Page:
But according to Tell, Don’t Ask, all Customer-related behaviors should be moved into the Customer class so we can tell/instruct/command the Customer class to do a task. So, now, the Customer class has more responsibility because all Customer-related service code now goes into the Customer model. So, Customer has more reason to change, increasing the risk factor of failing.

Now we are back to the same problem: risk factor.

If you're exposing internal state, then when modifying attributes, if you move all behaviors into a class, the risk of modifying functionality breaking the system increases.

So, the SRP and Tell, Don’t Ask contradict in this context.

John nods his head and starts, "Yes, that's a problem. But not only that, what if we want to implement a cache in a service? Or what if we want to implement an aggregation function — like parcel delivery charge depending on distance or account type. To find the most parcels sent to a locality, we use an aggregator service, where we ask for the internal state and compute the result."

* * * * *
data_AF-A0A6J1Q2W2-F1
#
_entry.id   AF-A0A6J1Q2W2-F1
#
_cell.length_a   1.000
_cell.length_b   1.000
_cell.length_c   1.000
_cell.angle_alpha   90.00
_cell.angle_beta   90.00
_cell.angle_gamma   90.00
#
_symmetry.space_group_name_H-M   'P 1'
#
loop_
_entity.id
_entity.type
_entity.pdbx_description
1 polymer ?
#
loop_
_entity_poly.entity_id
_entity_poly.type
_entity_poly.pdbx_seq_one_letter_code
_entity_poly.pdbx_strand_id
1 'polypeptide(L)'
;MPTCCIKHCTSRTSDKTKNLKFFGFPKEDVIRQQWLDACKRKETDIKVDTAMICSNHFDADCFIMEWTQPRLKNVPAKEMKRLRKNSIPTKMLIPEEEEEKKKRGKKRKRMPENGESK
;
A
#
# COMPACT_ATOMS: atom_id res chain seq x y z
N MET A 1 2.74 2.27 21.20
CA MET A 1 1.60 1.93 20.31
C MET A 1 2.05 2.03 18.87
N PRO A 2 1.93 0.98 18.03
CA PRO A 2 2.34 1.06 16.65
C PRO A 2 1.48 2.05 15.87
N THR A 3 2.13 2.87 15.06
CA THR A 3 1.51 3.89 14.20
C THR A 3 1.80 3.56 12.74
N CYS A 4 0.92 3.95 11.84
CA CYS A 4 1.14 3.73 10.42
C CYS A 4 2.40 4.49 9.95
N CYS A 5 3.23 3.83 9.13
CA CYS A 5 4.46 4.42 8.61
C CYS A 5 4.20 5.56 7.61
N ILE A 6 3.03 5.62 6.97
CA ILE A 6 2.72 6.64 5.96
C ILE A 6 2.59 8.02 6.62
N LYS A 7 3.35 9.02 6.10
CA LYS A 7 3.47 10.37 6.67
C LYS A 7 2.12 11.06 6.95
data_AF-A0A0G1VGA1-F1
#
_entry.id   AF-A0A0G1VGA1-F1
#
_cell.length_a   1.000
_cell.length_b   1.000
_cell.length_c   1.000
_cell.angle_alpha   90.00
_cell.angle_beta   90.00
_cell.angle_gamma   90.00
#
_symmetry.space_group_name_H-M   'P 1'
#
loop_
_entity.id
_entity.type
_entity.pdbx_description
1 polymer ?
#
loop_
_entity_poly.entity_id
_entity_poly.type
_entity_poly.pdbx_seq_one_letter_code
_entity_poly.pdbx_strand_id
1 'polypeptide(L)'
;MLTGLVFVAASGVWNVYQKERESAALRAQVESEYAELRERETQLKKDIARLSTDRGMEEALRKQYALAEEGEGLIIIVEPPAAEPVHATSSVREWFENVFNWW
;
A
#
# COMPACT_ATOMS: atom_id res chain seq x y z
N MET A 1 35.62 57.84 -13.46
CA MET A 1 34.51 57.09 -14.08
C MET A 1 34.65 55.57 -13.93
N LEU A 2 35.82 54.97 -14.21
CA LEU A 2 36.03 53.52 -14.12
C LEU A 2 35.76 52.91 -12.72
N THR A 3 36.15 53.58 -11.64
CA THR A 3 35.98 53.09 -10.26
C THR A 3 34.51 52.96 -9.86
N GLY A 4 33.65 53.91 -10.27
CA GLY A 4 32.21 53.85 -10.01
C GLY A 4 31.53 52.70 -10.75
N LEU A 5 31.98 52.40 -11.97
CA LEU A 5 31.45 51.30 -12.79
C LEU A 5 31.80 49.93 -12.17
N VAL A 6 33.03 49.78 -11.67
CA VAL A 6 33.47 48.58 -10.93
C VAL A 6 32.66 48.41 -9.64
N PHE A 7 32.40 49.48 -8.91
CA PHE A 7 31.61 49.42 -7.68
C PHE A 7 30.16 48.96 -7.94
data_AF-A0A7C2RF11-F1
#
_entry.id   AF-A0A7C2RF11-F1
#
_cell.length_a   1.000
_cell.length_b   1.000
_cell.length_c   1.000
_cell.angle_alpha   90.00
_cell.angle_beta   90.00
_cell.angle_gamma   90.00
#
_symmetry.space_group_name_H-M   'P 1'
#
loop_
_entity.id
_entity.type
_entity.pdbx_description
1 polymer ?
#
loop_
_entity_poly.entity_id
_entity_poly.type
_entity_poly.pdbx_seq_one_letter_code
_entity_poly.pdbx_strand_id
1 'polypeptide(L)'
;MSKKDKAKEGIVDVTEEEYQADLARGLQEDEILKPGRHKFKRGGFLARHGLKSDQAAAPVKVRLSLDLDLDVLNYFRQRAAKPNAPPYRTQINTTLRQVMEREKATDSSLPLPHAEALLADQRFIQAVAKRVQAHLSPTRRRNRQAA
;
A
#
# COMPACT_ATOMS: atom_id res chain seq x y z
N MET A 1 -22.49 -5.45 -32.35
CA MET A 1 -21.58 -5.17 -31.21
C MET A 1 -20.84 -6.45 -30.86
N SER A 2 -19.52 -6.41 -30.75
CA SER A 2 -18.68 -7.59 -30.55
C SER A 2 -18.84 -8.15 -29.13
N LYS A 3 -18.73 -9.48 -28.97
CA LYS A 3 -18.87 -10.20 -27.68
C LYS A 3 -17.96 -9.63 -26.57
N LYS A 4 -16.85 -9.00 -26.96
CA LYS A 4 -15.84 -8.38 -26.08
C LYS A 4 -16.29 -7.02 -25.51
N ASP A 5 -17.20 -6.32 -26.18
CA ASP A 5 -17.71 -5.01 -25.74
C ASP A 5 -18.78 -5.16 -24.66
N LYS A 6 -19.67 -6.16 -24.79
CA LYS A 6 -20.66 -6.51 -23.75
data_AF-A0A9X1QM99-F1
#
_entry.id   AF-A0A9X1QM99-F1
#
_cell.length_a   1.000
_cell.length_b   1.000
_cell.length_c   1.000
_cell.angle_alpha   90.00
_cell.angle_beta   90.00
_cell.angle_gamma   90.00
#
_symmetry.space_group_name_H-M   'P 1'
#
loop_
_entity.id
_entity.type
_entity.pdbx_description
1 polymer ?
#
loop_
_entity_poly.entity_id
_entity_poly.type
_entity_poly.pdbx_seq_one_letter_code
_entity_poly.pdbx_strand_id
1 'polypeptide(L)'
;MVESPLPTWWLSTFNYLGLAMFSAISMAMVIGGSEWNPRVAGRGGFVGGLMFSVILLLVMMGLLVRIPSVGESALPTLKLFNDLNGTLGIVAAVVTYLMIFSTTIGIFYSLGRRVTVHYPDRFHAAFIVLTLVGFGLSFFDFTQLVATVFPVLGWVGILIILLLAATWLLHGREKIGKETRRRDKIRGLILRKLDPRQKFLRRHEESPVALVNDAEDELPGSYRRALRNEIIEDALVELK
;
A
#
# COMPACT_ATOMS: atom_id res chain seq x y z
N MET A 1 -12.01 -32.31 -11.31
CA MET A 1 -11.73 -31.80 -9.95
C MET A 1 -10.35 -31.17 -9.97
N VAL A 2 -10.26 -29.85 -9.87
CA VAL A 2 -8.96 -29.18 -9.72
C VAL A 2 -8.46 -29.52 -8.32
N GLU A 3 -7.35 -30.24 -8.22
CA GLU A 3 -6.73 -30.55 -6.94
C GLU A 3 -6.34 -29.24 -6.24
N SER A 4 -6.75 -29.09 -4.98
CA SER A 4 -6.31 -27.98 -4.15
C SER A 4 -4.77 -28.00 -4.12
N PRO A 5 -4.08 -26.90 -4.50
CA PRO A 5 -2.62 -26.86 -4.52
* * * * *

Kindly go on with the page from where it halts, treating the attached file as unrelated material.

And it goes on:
With that in mind, we often we break the Tell, Don’t Ask principle. Even, as per the current trend, the Model objects should be lightweight and should not be coupled with each other. If the business needs information that distributes over multiple models, we can write an aggregator service and query each model and compute the result, so we're querying internal state. Think about Spring Data.

Now, if we look at it in another perspective, according to Domain-Driven Design, in a Parcel Delivery context (bounded context), is Customer responsible for delivering the parcel?

Absolutely not.

In that context, the delivery boy is responsible for delivering the parcel to the customer. For that, the delivery boy needs the Parcel and Customer models, and in that context, only the Customer's name and address details are required. And for the parcel ID, the parcel name will be required. So, as per DDD, we create an aggregate model, DeliveryBoy, where we have two slick models, Customer and Parcel.